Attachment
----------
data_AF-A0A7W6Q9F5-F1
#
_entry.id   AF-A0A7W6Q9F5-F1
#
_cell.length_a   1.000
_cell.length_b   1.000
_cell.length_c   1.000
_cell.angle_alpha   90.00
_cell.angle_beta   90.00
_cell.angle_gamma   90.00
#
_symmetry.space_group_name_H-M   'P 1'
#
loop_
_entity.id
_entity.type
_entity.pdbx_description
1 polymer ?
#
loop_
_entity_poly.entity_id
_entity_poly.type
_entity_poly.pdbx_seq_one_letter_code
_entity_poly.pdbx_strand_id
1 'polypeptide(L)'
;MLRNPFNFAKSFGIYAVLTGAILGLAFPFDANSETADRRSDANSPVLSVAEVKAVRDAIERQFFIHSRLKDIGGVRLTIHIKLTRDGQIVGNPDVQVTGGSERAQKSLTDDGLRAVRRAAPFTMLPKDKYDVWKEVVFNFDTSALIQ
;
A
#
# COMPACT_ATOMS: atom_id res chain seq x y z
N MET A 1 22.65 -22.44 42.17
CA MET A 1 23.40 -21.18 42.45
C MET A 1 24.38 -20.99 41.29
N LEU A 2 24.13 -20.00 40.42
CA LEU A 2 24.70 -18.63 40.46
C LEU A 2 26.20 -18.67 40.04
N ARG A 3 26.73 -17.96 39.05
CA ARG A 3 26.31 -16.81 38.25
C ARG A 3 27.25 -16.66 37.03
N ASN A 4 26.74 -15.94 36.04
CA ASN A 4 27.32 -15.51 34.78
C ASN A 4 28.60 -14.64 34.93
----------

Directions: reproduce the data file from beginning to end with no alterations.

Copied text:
data_AF-A0A7W6Q9F5-F1
#
_entry.id   AF-A0A7W6Q9F5-F1
#
_cell.length_a   1.000
_cell.length_b   1.000
_cell.length_c   1.000
_cell.angle_alpha   90.00
_cell.angle_beta   90.00
_cell.angle_gamma   90.00
#
_symmetry.space_group_name_H-M   'P 1'
#
loop_
_entity.id
_entity.type
_entity.pdbx_description
1 polymer ?
#
loop_
_entity_poly.entity_id
_entity_poly.type
_entity_poly.pdbx_seq_one_letter_code
_entity_poly.pdbx_strand_id
1 'polypeptide(L)'
;MLRNPFNFAKSFGIYAVLTGAILGLAFPFDANSETADRRSDANSPVLSVAEVKAVRDAIERQFFIHSRLKDIGGVRLTIHIKLTRDGQIVGNPDVQVTGGSERAQKSLTDDGLRAVRRAAPFTMLPKDKYDVWKEVVFNFDTSALIQ
;
A
#
# COMPACT_ATOMS: atom_id res chain seq x y z
N MET A 1 22.65 -22.44 42.17
CA MET A 1 23.40 -21.18 42.45
C MET A 1 24.38 -20.99 41.29
N LEU A 2 24.13 -20.00 40.42
CA LEU A 2 24.70 -18.63 40.46
C LEU A 2 26.20 -18.67 40.04
N ARG A 3 26.73 -17.96 39.05
CA ARG A 3 26.31 -16.81 38.25
C ARG A 3 27.25 -16.66 37.03
N ASN A 4 26.74 -15.94 36.04
CA ASN A 4 27.32 -15.51 34.78
C ASN A 4 28.60 -14.64 34.93